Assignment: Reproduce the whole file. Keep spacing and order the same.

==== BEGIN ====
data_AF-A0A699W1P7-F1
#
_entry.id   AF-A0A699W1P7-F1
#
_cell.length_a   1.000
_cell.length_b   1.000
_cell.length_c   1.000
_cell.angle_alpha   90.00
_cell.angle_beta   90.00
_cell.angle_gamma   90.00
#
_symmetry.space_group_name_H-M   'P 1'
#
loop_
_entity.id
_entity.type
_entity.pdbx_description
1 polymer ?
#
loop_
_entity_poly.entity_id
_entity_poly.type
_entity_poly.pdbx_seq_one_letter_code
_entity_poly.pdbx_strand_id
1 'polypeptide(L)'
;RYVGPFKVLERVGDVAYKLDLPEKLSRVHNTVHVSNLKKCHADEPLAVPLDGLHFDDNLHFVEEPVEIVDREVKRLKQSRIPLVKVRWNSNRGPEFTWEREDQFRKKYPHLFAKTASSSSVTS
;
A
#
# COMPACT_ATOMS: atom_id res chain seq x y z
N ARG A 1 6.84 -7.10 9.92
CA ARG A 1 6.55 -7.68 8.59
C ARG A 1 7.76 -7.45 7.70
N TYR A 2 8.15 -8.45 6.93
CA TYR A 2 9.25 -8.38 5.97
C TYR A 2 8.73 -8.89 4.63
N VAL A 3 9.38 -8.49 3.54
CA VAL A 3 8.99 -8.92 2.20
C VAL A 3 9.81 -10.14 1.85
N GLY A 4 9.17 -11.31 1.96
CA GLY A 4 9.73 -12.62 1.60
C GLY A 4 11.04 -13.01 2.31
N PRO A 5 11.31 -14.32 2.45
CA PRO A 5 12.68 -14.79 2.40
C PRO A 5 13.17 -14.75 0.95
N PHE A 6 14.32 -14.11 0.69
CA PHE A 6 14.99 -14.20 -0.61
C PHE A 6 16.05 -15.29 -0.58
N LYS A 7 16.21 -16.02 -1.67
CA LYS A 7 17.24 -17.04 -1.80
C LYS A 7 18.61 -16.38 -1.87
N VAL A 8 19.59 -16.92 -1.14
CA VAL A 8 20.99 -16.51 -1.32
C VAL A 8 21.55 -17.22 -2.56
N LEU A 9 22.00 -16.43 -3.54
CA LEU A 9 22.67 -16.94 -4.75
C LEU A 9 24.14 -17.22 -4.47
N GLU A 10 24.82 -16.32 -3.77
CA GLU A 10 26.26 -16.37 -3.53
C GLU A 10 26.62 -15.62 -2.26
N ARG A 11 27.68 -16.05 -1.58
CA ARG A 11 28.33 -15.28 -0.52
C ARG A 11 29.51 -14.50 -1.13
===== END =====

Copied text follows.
data_AF-A0A699W1P7-F1
#
_entry.id   AF-A0A699W1P7-F1
#
_cell.length_a   1.000
_cell.length_b   1.000
_cell.length_c   1.000
_cell.angle_alpha   90.00
_cell.angle_beta   90.00
_cell.angle_gamma   90.00
#
_symmetry.space_group_name_H-M   'P 1'
#
loop_
_entity.id
_entity.type
_entity.pdbx_description
1 polymer ?
#
loop_
_entity_poly.entity_id
_entity_poly.type
_entity_poly.pdbx_seq_one_letter_code
_entity_poly.pdbx_strand_id
1 'polypeptide(L)'
;RYVGPFKVLERVGDVAYKLDLPEKLSRVHNTVHVSNLKKCHADEPLAVPLDGLHFDDNLHFVEEPVEIVDREVKRLKQSRIPLVKVRWNSNRGPEFTWEREDQFRKKYPHLFAKTASSSSVTS
;
A
#
# COMPACT_ATOMS: atom_id res chain seq x y z
N ARG A 1 6.84 -7.10 9.92
CA ARG A 1 6.55 -7.68 8.59
C ARG A 1 7.76 -7.45 7.70
N TYR A 2 8.15 -8.45 6.93
CA TYR A 2 9.25 -8.38 5.97
C TYR A 2 8.73 -8.89 4.63
N VAL A 3 9.38 -8.49 3.54
CA VAL A 3 8.99 -8.92 2.20
C VAL A 3 9.81 -10.14 1.85
N GLY A 4 9.17 -11.31 1.96
CA GLY A 4 9.73 -12.62 1.60
C GLY A 4 11.04 -13.01 2.31
N PRO A 5 11.31 -14.32 2.45
CA PRO A 5 12.68 -14.79 2.40
C PRO A 5 13.17 -14.75 0.95
N PHE A 6 14.32 -14.11 0.69
CA PHE A 6 14.99 -14.20 -0.61
C PHE A 6 16.05 -15.29 -0.58
N LYS A 7 16.21 -16.02 -1.67
CA LYS A 7 17.24 -17.04 -1.80
C LYS A 7 18.61 -16.38 -1.87
N VAL A 8 19.59 -16.92 -1.14
CA VAL A 8 20.99 -16.51 -1.32
C VAL A 8 21.55 -17.22 -2.56
N LEU A 9 22.00 -16.43 -3.54
CA LEU A 9 22.67 -16.94 -4.75
C LEU A 9 24.14 -17.22 -4.47
N GLU A 10 24.82 -16.32 -3.77
CA GLU A 10 26.26 -16.37 -3.53
C GLU A 10 26.62 -15.62 -2.26
N ARG A 11 27.68 -16.05 -1.58
CA ARG A 11 28.33 -15.28 -0.52
C ARG A 11 29.51 -14.50 -1.13